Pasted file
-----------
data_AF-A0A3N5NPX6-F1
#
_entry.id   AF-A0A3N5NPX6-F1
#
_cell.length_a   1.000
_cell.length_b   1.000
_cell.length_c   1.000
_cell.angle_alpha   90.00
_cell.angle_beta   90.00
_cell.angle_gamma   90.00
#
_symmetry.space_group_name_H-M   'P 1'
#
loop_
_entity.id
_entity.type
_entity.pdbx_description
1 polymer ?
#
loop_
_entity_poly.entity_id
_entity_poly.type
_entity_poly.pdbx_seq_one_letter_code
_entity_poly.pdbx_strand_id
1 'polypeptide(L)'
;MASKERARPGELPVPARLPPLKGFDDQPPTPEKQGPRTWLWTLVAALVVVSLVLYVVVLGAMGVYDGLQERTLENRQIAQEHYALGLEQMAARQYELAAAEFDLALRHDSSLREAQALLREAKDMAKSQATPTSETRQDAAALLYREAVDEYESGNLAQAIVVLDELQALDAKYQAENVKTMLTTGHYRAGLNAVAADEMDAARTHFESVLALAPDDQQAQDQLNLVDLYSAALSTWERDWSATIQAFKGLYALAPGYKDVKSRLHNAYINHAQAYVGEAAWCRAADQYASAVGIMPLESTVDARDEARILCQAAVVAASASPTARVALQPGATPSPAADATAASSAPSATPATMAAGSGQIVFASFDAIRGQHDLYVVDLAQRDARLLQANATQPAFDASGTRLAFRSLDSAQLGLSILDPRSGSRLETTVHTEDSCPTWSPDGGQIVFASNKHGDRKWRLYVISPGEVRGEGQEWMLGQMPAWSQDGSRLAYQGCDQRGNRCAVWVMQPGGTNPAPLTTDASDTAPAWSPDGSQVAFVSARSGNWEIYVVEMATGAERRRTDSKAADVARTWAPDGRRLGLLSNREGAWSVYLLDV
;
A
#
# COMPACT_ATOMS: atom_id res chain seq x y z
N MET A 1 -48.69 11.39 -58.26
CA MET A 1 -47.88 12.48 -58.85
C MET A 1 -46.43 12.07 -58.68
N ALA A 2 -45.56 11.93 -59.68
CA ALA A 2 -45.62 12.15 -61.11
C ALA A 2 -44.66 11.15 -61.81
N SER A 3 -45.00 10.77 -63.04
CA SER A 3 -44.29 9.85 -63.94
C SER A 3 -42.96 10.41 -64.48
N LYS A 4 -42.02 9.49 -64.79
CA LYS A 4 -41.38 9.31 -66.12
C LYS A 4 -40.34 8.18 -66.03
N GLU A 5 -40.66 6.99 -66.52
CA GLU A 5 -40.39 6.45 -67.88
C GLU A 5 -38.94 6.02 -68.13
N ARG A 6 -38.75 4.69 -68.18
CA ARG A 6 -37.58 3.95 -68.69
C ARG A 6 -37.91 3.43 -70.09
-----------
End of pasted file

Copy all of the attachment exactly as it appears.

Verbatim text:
data_AF-A0A3N5NPX6-F1
#
_entry.id   AF-A0A3N5NPX6-F1
#
_cell.length_a   1.000
_cell.length_b   1.000
_cell.length_c   1.000
_cell.angle_alpha   90.00
_cell.angle_beta   90.00
_cell.angle_gamma   90.00
#
_symmetry.space_group_name_H-M   'P 1'
#
loop_
_entity.id
_entity.type
_entity.pdbx_description
1 polymer ?
#
loop_
_entity_poly.entity_id
_entity_poly.type
_entity_poly.pdbx_seq_one_letter_code
_entity_poly.pdbx_strand_id
1 'polypeptide(L)'
;MASKERARPGELPVPARLPPLKGFDDQPPTPEKQGPRTWLWTLVAALVVVSLVLYVVVLGAMGVYDGLQERTLENRQIAQEHYALGLEQMAARQYELAAAEFDLALRHDSSLREAQALLREAKDMAKSQATPTSETRQDAAALLYREAVDEYESGNLAQAIVVLDELQALDAKYQAENVKTMLTTGHYRAGLNAVAADEMDAARTHFESVLALAPDDQQAQDQLNLVDLYSAALSTWERDWSATIQAFKGLYALAPGYKDVKSRLHNAYINHAQAYVGEAAWCRAADQYASAVGIMPLESTVDARDEARILCQAAVVAASASPTARVALQPGATPSPAADATAASSAPSATPATMAAGSGQIVFASFDAIRGQHDLYVVDLAQRDARLLQANATQPAFDASGTRLAFRSLDSAQLGLSILDPRSGSRLETTVHTEDSCPTWSPDGGQIVFASNKHGDRKWRLYVISPGEVRGEGQEWMLGQMPAWSQDGSRLAYQGCDQRGNRCAVWVMQPGGTNPAPLTTDASDTAPAWSPDGSQVAFVSARSGNWEIYVVEMATGAERRRTDSKAADVARTWAPDGRRLGLLSNREGAWSVYLLDV
;
A
#
# COMPACT_ATOMS: atom_id res chain seq x y z
N MET A 1 -48.69 11.39 -58.26
CA MET A 1 -47.88 12.48 -58.85
C MET A 1 -46.43 12.07 -58.68
N ALA A 2 -45.56 11.93 -59.68
CA ALA A 2 -45.62 12.15 -61.11
C ALA A 2 -44.66 11.15 -61.81
N SER A 3 -45.00 10.77 -63.04
CA SER A 3 -44.29 9.85 -63.94
C SER A 3 -42.96 10.41 -64.48
N LYS A 4 -42.02 9.49 -64.79
CA LYS A 4 -41.38 9.31 -66.12
C LYS A 4 -40.34 8.18 -66.03
N GLU A 5 -40.66 6.99 -66.52
CA GLU A 5 -40.39 6.45 -67.88
C GLU A 5 -38.94 6.02 -68.13
N ARG A 6 -38.75 4.69 -68.18
CA ARG A 6 -37.58 3.95 -68.69
C ARG A 6 -37.91 3.43 -70.09